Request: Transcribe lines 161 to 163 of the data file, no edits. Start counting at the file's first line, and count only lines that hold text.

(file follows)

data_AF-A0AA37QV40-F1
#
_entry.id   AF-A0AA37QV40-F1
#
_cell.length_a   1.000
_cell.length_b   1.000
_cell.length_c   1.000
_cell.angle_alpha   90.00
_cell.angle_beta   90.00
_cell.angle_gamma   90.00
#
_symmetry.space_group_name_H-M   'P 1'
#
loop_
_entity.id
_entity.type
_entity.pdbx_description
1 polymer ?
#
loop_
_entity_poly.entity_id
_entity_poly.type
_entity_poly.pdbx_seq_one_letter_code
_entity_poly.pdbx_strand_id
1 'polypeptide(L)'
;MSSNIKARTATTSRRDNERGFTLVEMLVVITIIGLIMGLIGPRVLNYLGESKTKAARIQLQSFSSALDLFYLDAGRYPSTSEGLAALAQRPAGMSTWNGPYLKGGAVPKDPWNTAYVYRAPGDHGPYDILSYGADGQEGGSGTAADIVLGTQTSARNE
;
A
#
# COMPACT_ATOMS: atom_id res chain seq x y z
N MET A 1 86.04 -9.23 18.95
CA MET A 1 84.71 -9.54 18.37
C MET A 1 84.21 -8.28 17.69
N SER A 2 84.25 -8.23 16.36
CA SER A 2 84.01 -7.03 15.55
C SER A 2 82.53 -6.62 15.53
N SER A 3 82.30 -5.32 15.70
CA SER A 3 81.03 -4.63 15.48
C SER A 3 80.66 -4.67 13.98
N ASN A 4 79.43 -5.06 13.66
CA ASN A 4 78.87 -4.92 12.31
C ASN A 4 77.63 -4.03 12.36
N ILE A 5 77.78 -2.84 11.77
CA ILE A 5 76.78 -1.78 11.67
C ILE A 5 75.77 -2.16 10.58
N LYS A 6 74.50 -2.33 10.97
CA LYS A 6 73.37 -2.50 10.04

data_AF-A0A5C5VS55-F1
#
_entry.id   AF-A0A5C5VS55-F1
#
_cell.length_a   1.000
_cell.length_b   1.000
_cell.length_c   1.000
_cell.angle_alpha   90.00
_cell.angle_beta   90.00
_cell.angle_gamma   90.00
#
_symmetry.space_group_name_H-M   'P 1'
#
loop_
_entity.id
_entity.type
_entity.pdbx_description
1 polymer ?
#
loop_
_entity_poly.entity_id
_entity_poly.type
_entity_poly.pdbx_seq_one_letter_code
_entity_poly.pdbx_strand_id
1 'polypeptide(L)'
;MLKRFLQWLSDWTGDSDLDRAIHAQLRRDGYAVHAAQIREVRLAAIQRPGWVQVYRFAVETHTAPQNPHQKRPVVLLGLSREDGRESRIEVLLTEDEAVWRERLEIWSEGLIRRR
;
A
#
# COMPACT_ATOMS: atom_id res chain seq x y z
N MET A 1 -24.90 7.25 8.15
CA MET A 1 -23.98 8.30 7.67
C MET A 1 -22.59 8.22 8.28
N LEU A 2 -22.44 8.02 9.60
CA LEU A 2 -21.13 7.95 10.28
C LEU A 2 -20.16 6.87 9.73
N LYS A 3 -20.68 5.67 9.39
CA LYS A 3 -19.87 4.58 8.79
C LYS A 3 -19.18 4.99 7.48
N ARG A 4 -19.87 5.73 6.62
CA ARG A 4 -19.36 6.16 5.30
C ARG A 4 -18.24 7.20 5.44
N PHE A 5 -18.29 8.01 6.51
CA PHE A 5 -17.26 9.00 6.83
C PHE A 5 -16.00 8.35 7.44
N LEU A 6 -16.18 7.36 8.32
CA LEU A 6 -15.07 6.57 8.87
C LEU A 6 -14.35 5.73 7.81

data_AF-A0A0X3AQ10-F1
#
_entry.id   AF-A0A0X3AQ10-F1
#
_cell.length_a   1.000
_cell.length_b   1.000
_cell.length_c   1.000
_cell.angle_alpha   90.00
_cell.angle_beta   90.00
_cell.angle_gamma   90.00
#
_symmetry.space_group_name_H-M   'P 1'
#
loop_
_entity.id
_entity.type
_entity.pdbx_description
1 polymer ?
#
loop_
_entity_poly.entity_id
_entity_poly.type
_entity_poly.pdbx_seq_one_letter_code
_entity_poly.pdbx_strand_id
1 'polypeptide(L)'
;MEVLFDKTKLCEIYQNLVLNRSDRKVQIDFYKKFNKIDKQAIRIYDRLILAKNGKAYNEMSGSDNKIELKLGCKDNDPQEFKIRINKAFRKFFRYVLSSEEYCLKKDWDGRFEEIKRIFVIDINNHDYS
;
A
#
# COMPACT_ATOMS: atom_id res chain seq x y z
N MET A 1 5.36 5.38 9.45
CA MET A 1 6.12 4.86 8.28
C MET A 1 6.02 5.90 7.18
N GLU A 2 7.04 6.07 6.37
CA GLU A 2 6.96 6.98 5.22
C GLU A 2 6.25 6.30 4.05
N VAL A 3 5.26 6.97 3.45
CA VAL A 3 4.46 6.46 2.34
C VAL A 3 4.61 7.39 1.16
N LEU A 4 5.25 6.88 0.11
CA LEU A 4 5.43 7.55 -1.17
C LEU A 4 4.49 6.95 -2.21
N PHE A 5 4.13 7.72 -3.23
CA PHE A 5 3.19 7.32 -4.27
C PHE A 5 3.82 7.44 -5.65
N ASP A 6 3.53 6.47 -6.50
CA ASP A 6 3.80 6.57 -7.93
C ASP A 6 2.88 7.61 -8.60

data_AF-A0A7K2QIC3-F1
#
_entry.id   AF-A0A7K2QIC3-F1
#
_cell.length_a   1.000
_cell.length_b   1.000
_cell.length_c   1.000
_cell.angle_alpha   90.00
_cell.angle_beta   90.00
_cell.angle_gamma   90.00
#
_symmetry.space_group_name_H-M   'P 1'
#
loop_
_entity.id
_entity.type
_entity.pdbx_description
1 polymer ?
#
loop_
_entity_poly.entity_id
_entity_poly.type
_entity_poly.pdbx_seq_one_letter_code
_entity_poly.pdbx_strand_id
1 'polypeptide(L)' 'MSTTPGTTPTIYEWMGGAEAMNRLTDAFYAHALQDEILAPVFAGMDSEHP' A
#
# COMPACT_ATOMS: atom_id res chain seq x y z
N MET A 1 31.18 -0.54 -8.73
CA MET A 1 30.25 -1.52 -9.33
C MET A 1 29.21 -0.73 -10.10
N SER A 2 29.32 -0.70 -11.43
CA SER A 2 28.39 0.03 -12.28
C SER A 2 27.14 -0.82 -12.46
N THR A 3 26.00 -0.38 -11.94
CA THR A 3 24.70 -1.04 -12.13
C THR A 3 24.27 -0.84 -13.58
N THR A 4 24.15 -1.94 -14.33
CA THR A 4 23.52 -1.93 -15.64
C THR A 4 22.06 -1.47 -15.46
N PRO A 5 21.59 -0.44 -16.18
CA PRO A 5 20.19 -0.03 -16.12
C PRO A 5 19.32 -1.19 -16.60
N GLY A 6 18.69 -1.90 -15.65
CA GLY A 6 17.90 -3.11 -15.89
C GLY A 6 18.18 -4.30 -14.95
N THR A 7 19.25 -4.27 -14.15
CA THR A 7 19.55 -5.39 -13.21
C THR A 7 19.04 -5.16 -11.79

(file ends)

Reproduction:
1 polymer ?
#
loop_